Self-organization

Modeling evolution of the self-organized microtubule steady-state under an increase of the number of dynein complexes (from Frolov et al. (2023)).

Cellular components spontaneously arrange themselves in a highly regulated way to maintain the structure and function of the cell. The intrinsic ability of the cell to self-organize contributes to its resilience, adaptability, and ability to respond to various environmental cues. It also plays a pivotal role in the crucial steps of the cell cycle, e.g., cell division and morphogenesis. From the dynamic assembly of cytoskeletal elements to the orchestrated movements of organelles within the cytoplasm, self-organization ensures the precise organization necessary for cellular activities.

Our lab aims to understand the physical principles of the cytoskeleton self-organization comprised of the microtubule and actin networks and their interaction with the dynamics of the cell-cycle regulators in setting the pace of the cell cycle in early embryonic development. We achieve this goal by combining in vitro experiments in X. laevis egg extracts with theoretical analysis and computational modeling of the filament-protein mixtures.

Such cytoplasmic cell-free extracts, which result from separating the cytoplasmic content of a cell from its cellular membrane. Extracts surprisingly revealed the possibility to reconstruct and visualize cell cycle oscillations in vitro over many hours, allowing the characterization of the temporal dynamics of key cell cycle regulators. Moreover, the extract is more than just the cytosol, and numerous studies demonstrated it is full of subcellular structures able to spatially self-organize in different ways. For example, nuclei form upon the addition of genetic exogenous material, and the cytoskeleton assembles into diverse structures (e.g, microtubule asters, mitotic spindles, actomyosin networks).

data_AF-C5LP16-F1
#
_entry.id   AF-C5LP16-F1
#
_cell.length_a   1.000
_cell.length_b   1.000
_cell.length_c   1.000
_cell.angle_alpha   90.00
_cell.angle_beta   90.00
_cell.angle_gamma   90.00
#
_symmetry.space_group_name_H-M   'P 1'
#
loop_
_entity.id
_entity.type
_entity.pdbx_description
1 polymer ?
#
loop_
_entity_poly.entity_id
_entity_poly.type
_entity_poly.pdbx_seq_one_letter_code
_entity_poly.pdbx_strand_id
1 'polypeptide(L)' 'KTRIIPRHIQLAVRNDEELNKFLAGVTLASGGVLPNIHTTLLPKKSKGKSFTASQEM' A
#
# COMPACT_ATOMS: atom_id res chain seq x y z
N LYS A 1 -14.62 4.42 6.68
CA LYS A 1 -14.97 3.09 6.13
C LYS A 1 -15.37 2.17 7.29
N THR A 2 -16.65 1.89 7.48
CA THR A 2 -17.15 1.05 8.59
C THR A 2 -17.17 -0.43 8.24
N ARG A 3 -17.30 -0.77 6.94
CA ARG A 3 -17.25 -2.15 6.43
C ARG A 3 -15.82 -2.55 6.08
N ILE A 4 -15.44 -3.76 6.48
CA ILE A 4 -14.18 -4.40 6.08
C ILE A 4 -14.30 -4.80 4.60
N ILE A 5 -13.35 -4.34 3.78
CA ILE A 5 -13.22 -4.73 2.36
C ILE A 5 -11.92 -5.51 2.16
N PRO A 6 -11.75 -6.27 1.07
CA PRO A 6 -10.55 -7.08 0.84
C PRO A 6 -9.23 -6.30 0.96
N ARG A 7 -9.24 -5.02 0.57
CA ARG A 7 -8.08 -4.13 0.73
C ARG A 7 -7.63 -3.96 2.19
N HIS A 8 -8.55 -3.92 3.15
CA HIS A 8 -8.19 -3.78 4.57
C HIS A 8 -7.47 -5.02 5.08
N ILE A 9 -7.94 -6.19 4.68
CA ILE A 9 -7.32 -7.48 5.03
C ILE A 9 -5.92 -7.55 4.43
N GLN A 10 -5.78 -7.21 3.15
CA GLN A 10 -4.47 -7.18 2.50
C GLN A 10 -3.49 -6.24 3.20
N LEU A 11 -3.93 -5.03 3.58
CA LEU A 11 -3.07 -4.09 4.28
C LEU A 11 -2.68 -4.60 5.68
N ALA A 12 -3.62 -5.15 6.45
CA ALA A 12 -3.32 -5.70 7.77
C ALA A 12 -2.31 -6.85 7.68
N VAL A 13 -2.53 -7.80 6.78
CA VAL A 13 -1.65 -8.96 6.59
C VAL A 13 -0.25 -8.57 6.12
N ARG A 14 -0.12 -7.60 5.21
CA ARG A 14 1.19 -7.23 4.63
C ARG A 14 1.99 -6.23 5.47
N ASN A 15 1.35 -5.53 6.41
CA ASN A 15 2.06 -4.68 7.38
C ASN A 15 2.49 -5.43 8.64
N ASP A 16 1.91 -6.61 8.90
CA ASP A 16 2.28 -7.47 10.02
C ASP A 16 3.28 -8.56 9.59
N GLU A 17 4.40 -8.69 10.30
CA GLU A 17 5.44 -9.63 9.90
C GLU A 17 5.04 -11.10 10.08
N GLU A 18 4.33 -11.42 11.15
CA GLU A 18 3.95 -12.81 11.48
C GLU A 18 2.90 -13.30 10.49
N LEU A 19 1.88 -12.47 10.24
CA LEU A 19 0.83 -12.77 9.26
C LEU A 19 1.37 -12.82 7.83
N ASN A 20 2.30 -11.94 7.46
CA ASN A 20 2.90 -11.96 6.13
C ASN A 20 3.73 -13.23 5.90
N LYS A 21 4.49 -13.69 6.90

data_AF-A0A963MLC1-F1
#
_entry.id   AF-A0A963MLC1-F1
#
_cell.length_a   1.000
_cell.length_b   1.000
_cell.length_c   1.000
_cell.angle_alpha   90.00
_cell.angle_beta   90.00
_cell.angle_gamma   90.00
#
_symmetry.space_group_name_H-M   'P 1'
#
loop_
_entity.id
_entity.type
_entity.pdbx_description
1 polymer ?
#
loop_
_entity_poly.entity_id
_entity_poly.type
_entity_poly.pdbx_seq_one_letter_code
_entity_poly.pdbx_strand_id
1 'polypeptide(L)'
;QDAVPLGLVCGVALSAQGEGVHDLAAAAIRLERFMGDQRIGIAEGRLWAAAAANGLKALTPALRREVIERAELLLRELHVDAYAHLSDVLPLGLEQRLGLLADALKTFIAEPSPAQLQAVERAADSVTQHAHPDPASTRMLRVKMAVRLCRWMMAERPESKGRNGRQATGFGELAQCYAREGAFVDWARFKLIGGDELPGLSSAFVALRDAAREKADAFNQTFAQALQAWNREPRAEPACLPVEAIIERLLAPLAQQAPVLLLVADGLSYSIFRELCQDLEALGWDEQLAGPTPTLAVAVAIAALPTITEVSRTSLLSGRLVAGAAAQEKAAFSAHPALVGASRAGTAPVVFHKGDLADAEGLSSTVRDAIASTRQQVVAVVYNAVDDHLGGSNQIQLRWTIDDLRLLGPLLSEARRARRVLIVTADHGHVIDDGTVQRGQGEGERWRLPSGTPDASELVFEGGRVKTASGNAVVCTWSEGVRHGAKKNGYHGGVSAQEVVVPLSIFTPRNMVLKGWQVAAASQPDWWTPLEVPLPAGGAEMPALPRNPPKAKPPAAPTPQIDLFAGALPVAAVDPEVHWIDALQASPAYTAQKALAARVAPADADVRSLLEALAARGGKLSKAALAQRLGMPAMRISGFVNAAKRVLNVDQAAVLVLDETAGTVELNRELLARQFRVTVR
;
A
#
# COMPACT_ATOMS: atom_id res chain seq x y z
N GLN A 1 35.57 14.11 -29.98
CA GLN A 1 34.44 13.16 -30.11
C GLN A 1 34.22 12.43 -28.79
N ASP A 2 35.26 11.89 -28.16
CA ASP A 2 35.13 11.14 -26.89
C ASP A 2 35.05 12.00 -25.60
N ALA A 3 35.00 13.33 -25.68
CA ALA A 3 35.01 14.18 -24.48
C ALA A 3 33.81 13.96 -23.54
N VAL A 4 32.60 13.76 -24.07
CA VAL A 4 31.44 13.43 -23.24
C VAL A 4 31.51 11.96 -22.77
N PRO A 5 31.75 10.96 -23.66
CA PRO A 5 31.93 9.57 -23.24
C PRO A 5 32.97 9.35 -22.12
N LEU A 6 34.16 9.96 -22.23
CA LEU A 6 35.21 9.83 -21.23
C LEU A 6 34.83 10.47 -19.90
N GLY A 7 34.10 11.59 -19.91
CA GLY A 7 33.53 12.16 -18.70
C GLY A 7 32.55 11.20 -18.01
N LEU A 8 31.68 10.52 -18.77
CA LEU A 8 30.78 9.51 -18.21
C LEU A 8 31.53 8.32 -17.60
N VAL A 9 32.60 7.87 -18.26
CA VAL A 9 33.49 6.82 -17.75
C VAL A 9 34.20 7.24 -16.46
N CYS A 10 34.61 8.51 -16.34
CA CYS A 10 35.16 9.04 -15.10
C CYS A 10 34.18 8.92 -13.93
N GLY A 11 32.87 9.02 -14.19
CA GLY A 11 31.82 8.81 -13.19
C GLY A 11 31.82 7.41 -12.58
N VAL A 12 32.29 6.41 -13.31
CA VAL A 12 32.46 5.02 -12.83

Selected publications

 

1.

Frolov, N.; Bijnens, B.; Ruiz-Reynés, D.; Gelens, L.

Self-organization of microtubules: complexity analysis of emergent patterns

2023, visited: 30.04.2023.

Links | BibTeX

2.

Nolet, F. E.; Gelens, L.

Mitotic waves in an import-diffusion model with multiple nuclei in a shared cytoplasm

In: Biosystems, vol. 208, pp. 104478, 2021, ISSN: 0303-2647.

Links | BibTeX

3.

Rombouts, J.; Gelens, L.

Synchronizing an Oscillatory Medium: The Speed of Pacemaker-Generated Waves

In: Physical Review Research, vol. 2, no. 4, pp. 043038, 2020.

Links | BibTeX

4.

Nolet, F. E. *; Vandervelde, A. *; Vanderbeke, A. *; Pineros, L. *; Chang, J. B.; Gelens, L.

Nuclei determine the spatial origin of mitotic waves

In: eLife, vol. 9, pp. e52868, 2020, ISSN: 2050-084X.

Links | BibTeX

5.

Gelens, L.; Huang, K. C.; Jr., J. E. Ferrell

How does the Xenopus laevis embryonic cell cycle avoid spatial chaos?

In: Cell Reports, vol. 12, no. 5, pp. 892–900, 2015, ISSN: 2211-1247.

Abstract | Links | BibTeX